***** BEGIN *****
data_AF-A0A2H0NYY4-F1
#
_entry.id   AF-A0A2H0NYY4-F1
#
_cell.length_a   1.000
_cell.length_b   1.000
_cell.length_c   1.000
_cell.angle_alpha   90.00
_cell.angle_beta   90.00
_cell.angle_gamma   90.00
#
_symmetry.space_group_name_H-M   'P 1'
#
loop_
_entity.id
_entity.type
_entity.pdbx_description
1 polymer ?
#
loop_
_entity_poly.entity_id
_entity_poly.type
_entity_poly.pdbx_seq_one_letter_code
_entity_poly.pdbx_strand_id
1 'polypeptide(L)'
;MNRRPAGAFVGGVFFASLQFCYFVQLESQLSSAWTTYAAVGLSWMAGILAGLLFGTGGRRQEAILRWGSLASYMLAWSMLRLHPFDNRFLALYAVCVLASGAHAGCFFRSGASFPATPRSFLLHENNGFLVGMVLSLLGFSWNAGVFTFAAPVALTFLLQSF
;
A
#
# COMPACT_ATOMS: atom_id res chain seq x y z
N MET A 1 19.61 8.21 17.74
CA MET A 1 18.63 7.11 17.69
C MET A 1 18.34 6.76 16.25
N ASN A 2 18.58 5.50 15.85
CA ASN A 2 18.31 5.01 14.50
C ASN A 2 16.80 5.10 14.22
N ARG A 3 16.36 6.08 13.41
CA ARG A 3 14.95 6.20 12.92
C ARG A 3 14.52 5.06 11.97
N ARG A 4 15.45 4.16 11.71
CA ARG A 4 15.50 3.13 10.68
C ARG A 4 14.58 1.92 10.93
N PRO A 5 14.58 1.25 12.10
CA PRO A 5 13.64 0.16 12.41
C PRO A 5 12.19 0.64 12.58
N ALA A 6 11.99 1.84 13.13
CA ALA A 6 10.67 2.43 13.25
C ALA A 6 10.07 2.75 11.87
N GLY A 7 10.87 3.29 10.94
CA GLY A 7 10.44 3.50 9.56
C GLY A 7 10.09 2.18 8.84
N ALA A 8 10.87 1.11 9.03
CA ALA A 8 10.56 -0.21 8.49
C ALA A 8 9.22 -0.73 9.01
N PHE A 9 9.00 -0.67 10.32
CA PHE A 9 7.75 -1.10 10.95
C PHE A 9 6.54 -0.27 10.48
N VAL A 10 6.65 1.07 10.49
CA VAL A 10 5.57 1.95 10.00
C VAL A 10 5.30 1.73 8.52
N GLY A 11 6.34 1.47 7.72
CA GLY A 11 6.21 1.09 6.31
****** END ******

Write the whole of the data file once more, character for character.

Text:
data_AF-A0A2H0NYY4-F1
#
_entry.id   AF-A0A2H0NYY4-F1
#
_cell.length_a   1.000
_cell.length_b   1.000
_cell.length_c   1.000
_cell.angle_alpha   90.00
_cell.angle_beta   90.00
_cell.angle_gamma   90.00
#
_symmetry.space_group_name_H-M   'P 1'
#
loop_
_entity.id
_entity.type
_entity.pdbx_description
1 polymer ?
#
loop_
_entity_poly.entity_id
_entity_poly.type
_entity_poly.pdbx_seq_one_letter_code
_entity_poly.pdbx_strand_id
1 'polypeptide(L)'
;MNRRPAGAFVGGVFFASLQFCYFVQLESQLSSAWTTYAAVGLSWMAGILAGLLFGTGGRRQEAILRWGSLASYMLAWSMLRLHPFDNRFLALYAVCVLASGAHAGCFFRSGASFPATPRSFLLHENNGFLVGMVLSLLGFSWNAGVFTFAAPVALTFLLQSF
;
A
#
# COMPACT_ATOMS: atom_id res chain seq x y z
N MET A 1 19.61 8.21 17.74
CA MET A 1 18.63 7.11 17.69
C MET A 1 18.34 6.76 16.25
N ASN A 2 18.58 5.50 15.85
CA ASN A 2 18.31 5.01 14.50
C ASN A 2 16.80 5.10 14.22
N ARG A 3 16.36 6.08 13.41
CA ARG A 3 14.95 6.20 12.92
C ARG A 3 14.52 5.06 11.97
N ARG A 4 15.45 4.16 11.71
CA ARG A 4 15.50 3.13 10.68
C ARG A 4 14.58 1.92 10.93
N PRO A 5 14.58 1.25 12.10
CA PRO A 5 13.64 0.16 12.41
C PRO A 5 12.19 0.64 12.58
N ALA A 6 11.99 1.84 13.13
CA ALA A 6 10.67 2.43 13.25
C ALA A 6 10.07 2.75 11.87
N GLY A 7 10.87 3.29 10.94
CA GLY A 7 10.44 3.50 9.56
C GLY A 7 10.09 2.18 8.84
N ALA A 8 10.87 1.11 9.03
CA ALA A 8 10.56 -0.21 8.49
C ALA A 8 9.22 -0.73 9.01
N PHE A 9 9.00 -0.67 10.32
CA PHE A 9 7.75 -1.10 10.95
C PHE A 9 6.54 -0.27 10.48
N VAL A 10 6.65 1.07 10.49
CA VAL A 10 5.57 1.95 10.00
C VAL A 10 5.30 1.73 8.52
N GLY A 11 6.34 1.47 7.72
CA GLY A 11 6.21 1.09 6.31